Bering Sea Ice Extent and Temperature
The following three images of the Bering Sea from 24 April 2001 illustrate the usefulness of MODIS data and sea ice products for monitoring sea ice conditions.
Figure 1 was derived from Level-1B calibrated visible-band radiances (Bands 1, 4, and 3), available from the MODIS Characterization Support Team (MCST): Level 1B Product Information and Status Web site. Although sea ice is clearly seen in the middle portion of the image, sea ice typically is not easily distinguished from cloud cover. MODIS sea ice products alleviate this confusion with an algorithm that identifies sea ice on the basis of reflectance characteristics in the visible and near infrared wavelengths, and also estimates Ice Surface Temperature (IST).
Figure 1. Visible Image of Bering Sea, 24 April 2001
Figure 2 is a sea ice extent image derived from the MODIS/Terra Sea Ice Extent L2 Swath 1km, Version 4 data set, available from NSIDC. Sea ice extent was determined from reflectance criteria, based on a Normalized Difference Snow Index (NDSI) algorithm adapted for sea ice. The NDSI detects high reflectance of sea ice at visible wavelengths, and low reflectance at infrared wavelengths. Sea ice is clearly distinguished from cloud cover in this image. Source file used to create this image: MOD29.A2001114.2305.003.2001239004123.hdf.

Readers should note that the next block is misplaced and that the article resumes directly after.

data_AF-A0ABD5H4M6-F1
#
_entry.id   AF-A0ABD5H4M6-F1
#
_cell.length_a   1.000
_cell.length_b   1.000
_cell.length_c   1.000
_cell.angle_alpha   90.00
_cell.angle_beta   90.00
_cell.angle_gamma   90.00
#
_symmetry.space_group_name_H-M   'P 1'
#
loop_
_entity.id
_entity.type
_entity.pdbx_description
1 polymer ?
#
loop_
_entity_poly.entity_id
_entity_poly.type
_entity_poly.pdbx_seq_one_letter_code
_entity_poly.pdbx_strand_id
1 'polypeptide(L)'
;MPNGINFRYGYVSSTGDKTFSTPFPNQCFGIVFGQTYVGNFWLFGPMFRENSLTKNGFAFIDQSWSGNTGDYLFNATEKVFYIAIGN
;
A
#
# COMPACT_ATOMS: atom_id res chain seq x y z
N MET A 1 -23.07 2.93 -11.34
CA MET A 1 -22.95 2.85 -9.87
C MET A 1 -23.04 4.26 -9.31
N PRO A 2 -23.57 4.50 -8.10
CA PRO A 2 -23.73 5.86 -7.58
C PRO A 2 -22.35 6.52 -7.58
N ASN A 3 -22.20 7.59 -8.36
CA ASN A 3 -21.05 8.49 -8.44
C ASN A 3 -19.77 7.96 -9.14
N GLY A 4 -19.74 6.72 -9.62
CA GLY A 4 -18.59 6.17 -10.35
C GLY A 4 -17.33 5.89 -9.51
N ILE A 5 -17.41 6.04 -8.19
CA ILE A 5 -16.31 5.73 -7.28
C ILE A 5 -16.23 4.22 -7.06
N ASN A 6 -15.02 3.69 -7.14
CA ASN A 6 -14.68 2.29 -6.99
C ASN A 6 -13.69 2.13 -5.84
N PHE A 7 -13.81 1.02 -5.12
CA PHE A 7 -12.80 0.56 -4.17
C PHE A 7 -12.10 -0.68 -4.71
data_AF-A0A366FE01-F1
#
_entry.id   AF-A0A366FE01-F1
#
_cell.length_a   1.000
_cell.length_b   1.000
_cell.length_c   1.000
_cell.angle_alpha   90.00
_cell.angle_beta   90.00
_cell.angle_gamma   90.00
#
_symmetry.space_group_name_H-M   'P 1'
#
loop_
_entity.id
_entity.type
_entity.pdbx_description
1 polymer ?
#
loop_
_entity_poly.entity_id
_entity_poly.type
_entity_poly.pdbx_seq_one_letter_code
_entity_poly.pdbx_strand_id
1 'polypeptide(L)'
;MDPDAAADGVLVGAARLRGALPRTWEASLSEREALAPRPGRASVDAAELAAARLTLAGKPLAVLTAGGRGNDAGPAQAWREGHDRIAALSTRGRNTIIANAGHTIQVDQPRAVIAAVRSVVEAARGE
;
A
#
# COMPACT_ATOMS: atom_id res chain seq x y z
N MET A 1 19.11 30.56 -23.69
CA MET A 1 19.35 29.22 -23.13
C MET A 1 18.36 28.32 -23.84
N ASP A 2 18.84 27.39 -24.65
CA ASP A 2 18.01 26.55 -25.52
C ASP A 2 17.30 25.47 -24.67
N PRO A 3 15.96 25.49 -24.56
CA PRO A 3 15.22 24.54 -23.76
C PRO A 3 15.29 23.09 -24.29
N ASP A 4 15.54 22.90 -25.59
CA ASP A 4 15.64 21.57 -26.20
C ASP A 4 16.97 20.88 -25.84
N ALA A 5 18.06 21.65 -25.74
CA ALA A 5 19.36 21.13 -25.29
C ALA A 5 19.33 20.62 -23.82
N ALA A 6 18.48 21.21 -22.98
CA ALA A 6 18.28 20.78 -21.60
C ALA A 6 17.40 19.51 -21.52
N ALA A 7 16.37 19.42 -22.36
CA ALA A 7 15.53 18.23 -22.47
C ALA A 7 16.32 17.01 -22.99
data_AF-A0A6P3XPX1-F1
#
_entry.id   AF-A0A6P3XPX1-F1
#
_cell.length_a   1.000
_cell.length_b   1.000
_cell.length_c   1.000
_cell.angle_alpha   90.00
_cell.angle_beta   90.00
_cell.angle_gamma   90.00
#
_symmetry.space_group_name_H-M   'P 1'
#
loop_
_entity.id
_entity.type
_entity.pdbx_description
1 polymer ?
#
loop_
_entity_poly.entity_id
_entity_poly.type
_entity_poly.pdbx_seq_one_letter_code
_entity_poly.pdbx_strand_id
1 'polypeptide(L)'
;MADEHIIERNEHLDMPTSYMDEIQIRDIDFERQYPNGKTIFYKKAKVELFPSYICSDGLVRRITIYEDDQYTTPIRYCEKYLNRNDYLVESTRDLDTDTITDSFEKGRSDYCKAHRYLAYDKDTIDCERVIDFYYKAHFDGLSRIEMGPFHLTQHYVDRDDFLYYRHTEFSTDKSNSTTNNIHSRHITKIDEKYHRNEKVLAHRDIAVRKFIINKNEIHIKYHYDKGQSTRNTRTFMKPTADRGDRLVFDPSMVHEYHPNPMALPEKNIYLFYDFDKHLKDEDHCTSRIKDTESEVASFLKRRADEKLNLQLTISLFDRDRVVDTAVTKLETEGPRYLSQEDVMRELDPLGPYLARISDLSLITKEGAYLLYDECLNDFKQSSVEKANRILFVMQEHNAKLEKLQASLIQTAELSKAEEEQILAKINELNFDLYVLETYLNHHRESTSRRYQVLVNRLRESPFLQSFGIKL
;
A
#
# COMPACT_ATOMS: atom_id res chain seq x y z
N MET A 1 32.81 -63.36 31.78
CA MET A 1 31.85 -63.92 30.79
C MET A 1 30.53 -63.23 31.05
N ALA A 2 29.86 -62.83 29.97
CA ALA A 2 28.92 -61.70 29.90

Figure 2. Sea Ice Extent in the Bering Sea, 24 April 2001
Figure 3 shows IST, derived from the MODIS/Terra Sea Ice Extent L2 Swath 1km, Version 4 data set. Sea ice is identified as any pixel with a surface temperature less than or equal to the freezing point of sea water (271.5 K). Source file used to create this image: MOD29.A2001114.2305.003.2001239004123.hdf.
Figure 3. Sea Ice Surface Temperature in the Bering Sea,